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February 8, 2019

The Path to Diagnostic Excellence Includes Feedback to Calibrate How Clinicians Think

Author Affiliations
  • 1Center for Innovations in Quality, Effectiveness and Safety, Michael E. DeBakey Veterans Affairs Medical Center, Houston, Texas
  • 2Baylor College of Medicine, Houston, Texas
JAMA. 2019;321(8):737-738. doi:10.1001/jama.2019.0113

Improving diagnosis in health care is considered the next imperative for patient safety.1,2 Rapidly evolving diagnostic tests and treatments and competing priorities and pressures encountered by clinicians to deliver high-quality, low-cost health care make this a major challenge. Clinicians frequently balance undertesting, possibly missing a diagnosis, with pursuing overzealous diagnostic testing, which could be harmful and costly. Rigorous multidisciplinary research and innovation from cognitive psychology, human factors, informatics, and social sciences are needed to stimulate previous efforts to reduce diagnostic errors. The Moore Foundation’s recently announced $85 million, 6-year initiative on improving diagnostic excellence could be particularly transformative because it “aims to reduce harm from erroneous or delayed diagnoses” but also “goes beyond avoiding errors and includes consideration of cost, timeliness and patient convenience.”3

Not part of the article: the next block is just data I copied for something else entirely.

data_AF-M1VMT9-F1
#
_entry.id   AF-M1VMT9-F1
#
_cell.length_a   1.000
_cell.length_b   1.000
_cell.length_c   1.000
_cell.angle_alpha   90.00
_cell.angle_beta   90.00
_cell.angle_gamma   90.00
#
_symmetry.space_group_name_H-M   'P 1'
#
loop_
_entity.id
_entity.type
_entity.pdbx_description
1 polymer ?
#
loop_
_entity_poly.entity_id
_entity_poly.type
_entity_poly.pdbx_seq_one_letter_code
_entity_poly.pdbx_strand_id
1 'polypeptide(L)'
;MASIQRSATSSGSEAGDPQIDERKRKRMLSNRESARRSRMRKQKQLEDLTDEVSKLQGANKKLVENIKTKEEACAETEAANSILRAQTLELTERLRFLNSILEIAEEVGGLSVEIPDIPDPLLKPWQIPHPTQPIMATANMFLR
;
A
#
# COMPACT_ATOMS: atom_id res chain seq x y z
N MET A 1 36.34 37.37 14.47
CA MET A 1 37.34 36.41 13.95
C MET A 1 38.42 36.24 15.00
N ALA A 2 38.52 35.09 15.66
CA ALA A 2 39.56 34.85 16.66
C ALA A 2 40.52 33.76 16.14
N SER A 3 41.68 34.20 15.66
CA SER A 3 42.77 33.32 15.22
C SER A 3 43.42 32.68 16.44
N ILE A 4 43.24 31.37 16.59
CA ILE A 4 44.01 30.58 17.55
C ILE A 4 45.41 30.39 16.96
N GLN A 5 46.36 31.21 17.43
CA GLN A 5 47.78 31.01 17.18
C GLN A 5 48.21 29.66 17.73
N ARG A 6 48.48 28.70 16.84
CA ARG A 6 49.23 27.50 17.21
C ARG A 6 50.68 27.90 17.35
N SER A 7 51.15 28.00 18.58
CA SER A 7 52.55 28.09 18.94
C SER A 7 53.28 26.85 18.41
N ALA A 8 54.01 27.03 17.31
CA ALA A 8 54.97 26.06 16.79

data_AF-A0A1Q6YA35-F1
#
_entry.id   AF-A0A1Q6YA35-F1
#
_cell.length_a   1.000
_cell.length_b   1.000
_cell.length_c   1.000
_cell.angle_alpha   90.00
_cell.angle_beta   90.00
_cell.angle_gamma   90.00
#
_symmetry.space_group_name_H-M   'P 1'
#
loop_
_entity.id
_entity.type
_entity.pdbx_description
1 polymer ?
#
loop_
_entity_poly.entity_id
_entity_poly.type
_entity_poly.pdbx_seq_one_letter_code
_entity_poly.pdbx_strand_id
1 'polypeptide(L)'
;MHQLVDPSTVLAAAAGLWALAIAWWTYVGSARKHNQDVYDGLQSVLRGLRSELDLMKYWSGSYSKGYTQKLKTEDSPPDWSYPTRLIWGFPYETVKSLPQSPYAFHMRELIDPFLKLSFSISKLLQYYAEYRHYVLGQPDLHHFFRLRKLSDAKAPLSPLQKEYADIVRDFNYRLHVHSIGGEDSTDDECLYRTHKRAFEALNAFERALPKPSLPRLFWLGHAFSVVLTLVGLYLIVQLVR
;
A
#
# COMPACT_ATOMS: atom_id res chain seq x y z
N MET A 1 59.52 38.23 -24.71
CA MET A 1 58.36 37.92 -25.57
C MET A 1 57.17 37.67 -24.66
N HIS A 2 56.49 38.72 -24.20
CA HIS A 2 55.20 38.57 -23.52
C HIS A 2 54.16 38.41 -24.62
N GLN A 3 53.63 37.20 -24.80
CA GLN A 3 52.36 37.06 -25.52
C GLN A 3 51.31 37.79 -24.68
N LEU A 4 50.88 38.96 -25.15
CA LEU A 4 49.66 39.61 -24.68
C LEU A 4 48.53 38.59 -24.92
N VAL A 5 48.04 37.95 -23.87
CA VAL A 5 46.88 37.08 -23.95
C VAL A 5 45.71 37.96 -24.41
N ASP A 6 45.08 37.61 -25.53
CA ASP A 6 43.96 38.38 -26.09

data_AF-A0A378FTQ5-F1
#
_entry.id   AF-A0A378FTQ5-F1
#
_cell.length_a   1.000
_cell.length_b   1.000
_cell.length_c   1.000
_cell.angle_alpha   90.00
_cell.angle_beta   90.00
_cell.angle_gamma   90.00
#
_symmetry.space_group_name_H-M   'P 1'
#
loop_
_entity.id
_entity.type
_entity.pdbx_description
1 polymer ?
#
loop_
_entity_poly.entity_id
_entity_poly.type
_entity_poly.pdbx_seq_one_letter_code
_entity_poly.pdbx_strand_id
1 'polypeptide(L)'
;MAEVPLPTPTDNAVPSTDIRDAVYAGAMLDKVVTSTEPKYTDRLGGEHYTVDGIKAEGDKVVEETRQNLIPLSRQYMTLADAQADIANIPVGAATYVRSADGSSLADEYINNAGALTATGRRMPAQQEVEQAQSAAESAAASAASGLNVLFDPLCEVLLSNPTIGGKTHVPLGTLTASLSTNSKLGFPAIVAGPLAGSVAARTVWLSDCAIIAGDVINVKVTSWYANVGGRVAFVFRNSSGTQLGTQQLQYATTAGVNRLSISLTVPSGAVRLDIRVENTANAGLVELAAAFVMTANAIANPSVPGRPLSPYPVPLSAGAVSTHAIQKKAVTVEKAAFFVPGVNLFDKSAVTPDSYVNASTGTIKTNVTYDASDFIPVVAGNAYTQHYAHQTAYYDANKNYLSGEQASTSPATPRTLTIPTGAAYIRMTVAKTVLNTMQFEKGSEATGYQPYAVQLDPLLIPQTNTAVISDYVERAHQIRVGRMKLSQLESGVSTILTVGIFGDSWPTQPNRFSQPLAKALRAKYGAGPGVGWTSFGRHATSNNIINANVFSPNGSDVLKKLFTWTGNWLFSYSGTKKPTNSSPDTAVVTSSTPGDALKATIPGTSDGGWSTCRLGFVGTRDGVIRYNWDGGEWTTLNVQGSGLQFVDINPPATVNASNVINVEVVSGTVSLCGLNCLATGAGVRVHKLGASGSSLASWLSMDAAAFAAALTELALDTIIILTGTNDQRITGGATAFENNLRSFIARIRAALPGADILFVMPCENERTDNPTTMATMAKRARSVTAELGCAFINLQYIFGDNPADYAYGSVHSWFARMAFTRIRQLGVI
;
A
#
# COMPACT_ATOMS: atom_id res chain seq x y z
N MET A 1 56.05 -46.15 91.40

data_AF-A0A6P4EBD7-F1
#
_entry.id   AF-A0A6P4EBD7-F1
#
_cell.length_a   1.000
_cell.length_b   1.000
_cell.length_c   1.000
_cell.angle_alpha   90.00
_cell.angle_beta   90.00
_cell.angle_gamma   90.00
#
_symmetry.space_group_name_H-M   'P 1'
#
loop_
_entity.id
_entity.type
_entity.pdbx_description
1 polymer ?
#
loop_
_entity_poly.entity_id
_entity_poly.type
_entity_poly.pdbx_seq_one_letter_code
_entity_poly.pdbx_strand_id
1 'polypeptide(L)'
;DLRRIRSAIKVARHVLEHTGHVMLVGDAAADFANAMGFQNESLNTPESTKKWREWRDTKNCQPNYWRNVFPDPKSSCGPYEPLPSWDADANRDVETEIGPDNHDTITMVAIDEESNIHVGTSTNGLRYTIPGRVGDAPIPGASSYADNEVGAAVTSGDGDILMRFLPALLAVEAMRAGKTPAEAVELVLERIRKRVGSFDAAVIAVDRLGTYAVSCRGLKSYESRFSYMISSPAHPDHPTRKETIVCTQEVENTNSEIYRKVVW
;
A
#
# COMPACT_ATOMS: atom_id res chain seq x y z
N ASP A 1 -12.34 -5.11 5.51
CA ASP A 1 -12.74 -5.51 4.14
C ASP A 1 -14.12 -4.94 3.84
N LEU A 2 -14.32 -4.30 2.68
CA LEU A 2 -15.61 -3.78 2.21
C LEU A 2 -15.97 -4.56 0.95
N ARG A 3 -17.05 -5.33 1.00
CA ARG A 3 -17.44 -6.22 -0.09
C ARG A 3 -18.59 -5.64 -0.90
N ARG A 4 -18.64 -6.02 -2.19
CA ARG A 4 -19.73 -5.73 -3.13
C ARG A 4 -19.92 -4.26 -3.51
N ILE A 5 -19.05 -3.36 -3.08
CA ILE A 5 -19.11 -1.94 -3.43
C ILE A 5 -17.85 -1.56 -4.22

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    1 Comment for this article
    Cognitive Calibration Won't Work Without Tort Reform
    Edward Volpintesta, MD | Bethel Medical Group
    Ideally, improving analytical thinking will help physicians to better manage uncertainty and reduce overtesting and overtreatment.

    Regardless of whatever methods of ‘cognitive calibration’ are used, however, even the best calibrated clinicians will overdiagnose, overtest and overtreat when the diagnosis is uncertain, the patient’s situation is precarious, and the possibility of litigation looms.

    Until the medical liability system becomes less adversarial and physicians are less vulnerable to unmerited malpractice suits, the benefits of cognitive calibration may never materialize.
    CONFLICT OF INTEREST: None Reported
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